Remote workers often report aches and pains, joint soreness, numbness, stiffness, and injuries like carpal tunnel and migraines. Employers with permanent work-from-home policies, in addition to hybrid work models, are feeling concerned for many reasons.
Who’s liable if a remote team member suffers an injury or illness that’s work-related? Normally, workplace injuries fall on the employer and Workers’ Compensation kicks in. In unprecedented times, the waters get murky.
Generally speaking, employers need to have a duty of care for in-office and remote workers and ensure remote workers can do their jobs safely. Some government agencies are asking employers to prioritize protecting the health and safety of remote employees.
How Americans Can Avoid Common Tech Injuries in 2022
A safe home working environment looks a bit different for every team member. However, with ergonomics in mind, there are some things American employees can do to avoid some of the most common tech-related injuries. Below are some tips you can use to ensure a comfortable and safe working environment at home.
Create a Dedicated Workspace
Evaluate your living space and determine what room is optimal for you to work in. You’ll need space to fit a desk and a chair for comfort while using your computer.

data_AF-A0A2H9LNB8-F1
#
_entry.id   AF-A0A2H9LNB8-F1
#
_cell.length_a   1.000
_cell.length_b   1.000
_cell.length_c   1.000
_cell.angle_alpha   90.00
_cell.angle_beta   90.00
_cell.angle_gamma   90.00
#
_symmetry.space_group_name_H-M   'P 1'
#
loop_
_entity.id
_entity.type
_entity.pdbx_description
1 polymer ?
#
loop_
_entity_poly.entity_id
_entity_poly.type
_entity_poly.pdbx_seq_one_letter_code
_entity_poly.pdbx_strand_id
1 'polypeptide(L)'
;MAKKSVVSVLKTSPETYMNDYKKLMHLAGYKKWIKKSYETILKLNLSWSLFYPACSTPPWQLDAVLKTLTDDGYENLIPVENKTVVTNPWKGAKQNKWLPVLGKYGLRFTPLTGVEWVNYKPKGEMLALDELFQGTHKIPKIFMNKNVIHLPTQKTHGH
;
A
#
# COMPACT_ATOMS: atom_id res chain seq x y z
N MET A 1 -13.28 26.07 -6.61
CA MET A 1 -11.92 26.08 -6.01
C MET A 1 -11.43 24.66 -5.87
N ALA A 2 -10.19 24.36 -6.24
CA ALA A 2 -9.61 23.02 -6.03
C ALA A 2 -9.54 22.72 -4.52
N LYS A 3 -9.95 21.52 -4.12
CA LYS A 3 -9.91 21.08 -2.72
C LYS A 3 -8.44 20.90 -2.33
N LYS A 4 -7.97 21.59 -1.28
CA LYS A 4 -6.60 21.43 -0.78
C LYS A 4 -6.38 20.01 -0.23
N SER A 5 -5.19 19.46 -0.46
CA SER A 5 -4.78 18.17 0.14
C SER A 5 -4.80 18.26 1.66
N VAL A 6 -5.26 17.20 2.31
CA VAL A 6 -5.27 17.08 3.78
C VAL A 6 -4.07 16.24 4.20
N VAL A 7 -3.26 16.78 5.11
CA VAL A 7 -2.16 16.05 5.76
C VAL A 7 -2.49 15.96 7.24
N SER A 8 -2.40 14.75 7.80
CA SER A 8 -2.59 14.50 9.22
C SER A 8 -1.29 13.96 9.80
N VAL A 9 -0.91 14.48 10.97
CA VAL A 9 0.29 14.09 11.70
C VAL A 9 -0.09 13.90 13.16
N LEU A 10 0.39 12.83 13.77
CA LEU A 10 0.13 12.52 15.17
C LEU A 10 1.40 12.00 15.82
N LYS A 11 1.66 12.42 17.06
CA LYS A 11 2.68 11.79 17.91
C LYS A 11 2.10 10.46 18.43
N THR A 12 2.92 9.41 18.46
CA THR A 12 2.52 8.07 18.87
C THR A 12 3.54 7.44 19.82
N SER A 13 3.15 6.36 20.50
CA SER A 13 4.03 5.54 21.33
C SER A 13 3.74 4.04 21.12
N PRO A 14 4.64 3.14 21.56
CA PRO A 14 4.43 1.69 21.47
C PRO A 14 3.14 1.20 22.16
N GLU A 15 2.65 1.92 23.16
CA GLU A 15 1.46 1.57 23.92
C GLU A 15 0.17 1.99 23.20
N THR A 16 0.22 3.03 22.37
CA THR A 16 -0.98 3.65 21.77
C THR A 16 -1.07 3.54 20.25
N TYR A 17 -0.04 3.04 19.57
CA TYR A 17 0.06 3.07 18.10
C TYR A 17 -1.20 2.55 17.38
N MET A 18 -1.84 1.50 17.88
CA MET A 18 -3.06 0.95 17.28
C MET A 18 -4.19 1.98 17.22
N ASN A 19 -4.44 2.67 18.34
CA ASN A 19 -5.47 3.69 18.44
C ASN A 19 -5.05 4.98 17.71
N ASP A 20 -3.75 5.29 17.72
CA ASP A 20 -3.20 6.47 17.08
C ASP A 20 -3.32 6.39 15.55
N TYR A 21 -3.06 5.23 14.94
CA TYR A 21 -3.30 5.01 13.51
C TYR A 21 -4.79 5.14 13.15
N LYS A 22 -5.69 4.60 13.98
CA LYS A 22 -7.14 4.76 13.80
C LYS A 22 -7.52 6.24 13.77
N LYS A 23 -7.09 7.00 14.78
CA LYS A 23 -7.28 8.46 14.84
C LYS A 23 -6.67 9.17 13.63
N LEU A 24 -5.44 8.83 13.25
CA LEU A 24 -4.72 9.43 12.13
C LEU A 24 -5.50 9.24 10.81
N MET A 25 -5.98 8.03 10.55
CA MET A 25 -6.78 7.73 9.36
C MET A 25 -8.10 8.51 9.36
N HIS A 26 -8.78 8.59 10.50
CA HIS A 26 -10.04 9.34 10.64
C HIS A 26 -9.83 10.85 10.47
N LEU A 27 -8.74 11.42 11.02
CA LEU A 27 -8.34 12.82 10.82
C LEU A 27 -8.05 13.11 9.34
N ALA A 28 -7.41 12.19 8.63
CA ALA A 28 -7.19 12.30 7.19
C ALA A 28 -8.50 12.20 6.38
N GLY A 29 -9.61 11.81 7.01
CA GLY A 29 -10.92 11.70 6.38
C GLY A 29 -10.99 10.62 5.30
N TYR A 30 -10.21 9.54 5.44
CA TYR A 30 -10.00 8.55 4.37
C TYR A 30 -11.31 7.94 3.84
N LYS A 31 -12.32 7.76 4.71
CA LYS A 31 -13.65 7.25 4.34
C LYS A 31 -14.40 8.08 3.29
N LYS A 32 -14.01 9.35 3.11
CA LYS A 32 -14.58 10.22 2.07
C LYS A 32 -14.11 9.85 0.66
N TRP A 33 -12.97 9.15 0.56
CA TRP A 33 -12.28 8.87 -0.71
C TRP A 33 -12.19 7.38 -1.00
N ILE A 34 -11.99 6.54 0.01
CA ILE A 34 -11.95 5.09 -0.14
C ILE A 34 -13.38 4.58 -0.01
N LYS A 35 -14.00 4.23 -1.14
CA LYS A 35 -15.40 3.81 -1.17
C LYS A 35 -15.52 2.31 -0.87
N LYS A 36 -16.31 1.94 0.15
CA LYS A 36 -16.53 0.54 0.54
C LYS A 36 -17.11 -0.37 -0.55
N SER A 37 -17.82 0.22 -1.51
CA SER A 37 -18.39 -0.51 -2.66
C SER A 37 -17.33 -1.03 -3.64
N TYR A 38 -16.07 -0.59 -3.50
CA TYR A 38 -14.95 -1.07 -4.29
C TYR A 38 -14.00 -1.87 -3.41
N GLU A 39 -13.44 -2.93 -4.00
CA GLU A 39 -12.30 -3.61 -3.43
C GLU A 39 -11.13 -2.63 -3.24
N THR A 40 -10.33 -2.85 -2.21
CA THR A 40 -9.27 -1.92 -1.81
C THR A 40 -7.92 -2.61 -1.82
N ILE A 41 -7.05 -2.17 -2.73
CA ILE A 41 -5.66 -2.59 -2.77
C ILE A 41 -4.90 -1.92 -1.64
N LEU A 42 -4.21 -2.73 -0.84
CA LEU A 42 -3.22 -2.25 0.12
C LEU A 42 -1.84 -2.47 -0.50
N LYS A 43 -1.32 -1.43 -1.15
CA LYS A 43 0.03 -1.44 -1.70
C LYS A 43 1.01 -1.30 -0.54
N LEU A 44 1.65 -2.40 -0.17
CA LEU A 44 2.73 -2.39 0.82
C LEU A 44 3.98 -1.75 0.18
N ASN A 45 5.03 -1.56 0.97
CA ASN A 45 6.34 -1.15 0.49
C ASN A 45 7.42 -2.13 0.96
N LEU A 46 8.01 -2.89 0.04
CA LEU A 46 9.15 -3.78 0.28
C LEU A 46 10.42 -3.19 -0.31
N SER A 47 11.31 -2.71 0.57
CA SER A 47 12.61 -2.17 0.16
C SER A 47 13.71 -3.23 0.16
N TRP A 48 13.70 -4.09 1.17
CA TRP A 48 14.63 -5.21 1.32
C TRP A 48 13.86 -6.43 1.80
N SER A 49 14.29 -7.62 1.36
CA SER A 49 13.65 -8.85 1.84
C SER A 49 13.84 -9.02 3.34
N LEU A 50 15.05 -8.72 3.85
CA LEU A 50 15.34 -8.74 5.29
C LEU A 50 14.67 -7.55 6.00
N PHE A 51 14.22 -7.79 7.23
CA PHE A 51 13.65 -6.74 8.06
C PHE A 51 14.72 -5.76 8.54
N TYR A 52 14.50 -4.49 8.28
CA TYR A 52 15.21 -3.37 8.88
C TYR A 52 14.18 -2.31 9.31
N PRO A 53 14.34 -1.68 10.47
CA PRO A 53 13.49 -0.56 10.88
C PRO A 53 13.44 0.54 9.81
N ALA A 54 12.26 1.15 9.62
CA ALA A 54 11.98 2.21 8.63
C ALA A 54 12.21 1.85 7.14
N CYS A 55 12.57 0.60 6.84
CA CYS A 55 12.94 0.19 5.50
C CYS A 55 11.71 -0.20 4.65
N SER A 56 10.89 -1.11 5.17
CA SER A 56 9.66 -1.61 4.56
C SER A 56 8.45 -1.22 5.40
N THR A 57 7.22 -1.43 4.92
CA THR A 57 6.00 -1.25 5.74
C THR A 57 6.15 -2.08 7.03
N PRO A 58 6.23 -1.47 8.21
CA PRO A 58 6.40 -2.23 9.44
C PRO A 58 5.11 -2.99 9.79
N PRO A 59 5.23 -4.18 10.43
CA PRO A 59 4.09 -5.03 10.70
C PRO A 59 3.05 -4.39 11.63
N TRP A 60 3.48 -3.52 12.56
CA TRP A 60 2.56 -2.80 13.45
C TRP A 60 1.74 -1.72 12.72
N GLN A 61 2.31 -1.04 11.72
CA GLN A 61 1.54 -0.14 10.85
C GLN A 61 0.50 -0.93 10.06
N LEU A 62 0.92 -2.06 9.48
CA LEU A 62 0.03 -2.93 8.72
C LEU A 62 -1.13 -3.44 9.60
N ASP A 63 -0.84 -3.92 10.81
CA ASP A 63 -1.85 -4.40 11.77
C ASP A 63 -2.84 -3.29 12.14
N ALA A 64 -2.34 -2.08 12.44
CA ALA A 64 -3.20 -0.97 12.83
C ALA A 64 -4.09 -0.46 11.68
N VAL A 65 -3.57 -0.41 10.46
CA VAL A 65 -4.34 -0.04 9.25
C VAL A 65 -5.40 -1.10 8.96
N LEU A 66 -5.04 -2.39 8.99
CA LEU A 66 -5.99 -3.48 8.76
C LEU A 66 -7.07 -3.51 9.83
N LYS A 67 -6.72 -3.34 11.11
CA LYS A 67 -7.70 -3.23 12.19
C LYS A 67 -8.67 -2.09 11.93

Avoid working on your bed or couch, which can negatively affect your posture and cause aches and pains. When setting up a workspace, think about the position of your head, neck, back, wrists, hands, and posture. Good ergonomic posture is similar to sitting in a car, with your feet flat, legs extended, and your body tilted slightly backward.
Invest in Ergonomic Tech and Furniture
A quick Amazon search will provide plenty of ergonomic products to help you remain comfortable while working from home.
Chairs, standing desks, footrests, and laptop stands are all great choices. If possible, purchase a fully adjustable chair and ensure your laptop screen or computer monitor is at eye level.
Use Natural Lighting
Natural light exposure is an essential component of working from home. It can help us achieve high productivity levels, boost vitamin D levels, fight seasonal affective disorder (SAD), and improve our sleep habits.
You can also purchase light therapy lamps if your living space cannot provide enough natural lighting for your workstation.
Drink Water, Eat, and Take Frequent Breaks
Moving every 20 minutes can improve your circulation and reduce feelings of joint stiffness or pain. Be sure to hydrate throughout the day, eat three meals with snacks in between, and take time away from the computer screen to avoid tech-neck.
These tips will help you prevent some of the most common tech-related injuries that can occur while working from home.
Prioritize Your Physical Health While Working Remotely
Many American workers left their ergonomic workstations and adapted to work in a home office, bedroom, living room, or basement. Kitchen countertops became desks and couches or beds replaced office chairs. Failing to prioritize your physical health can lead to tech-related injuries. Do your best to use ergonomic principles to avoid them.